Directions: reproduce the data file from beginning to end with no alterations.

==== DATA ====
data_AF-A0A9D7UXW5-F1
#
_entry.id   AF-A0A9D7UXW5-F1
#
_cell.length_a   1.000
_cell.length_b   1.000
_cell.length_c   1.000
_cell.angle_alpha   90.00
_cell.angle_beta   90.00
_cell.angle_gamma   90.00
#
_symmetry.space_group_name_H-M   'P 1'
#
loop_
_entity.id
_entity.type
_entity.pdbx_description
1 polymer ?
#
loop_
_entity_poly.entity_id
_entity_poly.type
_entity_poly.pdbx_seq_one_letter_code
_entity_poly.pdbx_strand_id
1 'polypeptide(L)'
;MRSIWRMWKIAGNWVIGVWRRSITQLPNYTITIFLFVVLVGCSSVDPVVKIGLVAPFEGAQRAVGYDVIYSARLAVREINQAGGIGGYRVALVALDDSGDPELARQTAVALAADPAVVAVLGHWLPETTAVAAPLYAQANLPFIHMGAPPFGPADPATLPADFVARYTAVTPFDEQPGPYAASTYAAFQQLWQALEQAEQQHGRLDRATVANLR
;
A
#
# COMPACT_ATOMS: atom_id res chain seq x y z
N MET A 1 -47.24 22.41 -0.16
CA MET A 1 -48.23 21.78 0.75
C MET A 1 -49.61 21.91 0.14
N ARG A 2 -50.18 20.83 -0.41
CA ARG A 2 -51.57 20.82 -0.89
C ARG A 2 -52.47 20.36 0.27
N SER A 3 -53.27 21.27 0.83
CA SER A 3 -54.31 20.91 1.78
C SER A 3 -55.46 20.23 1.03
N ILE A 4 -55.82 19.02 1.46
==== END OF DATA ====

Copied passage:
data_AF-A0A9D7UXW5-F1
#
_entry.id   AF-A0A9D7UXW5-F1
#
_cell.length_a   1.000
_cell.length_b   1.000
_cell.length_c   1.000
_cell.angle_alpha   90.00
_cell.angle_beta   90.00
_cell.angle_gamma   90.00
#
_symmetry.space_group_name_H-M   'P 1'
#
loop_
_entity.id
_entity.type
_entity.pdbx_description
1 polymer ?
#
loop_
_entity_poly.entity_id
_entity_poly.type
_entity_poly.pdbx_seq_one_letter_code
_entity_poly.pdbx_strand_id
1 'polypeptide(L)'
;MRSIWRMWKIAGNWVIGVWRRSITQLPNYTITIFLFVVLVGCSSVDPVVKIGLVAPFEGAQRAVGYDVIYSARLAVREINQAGGIGGYRVALVALDDSGDPELARQTAVALAADPAVVAVLGHWLPETTAVAAPLYAQANLPFIHMGAPPFGPADPATLPADFVARYTAVTPFDEQPGPYAASTYAAFQQLWQALEQAEQQHGRLDRATVANLR
;
A
#
# COMPACT_ATOMS: atom_id res chain seq x y z
N MET A 1 -47.24 22.41 -0.16
CA MET A 1 -48.23 21.78 0.75
C MET A 1 -49.61 21.91 0.14
N ARG A 2 -50.18 20.83 -0.41
CA ARG A 2 -51.57 20.82 -0.89
C ARG A 2 -52.47 20.36 0.27
N SER A 3 -53.27 21.27 0.83
CA SER A 3 -54.31 20.91 1.78
C SER A 3 -55.46 20.23 1.03
N ILE A 4 -55.82 19.02 1.46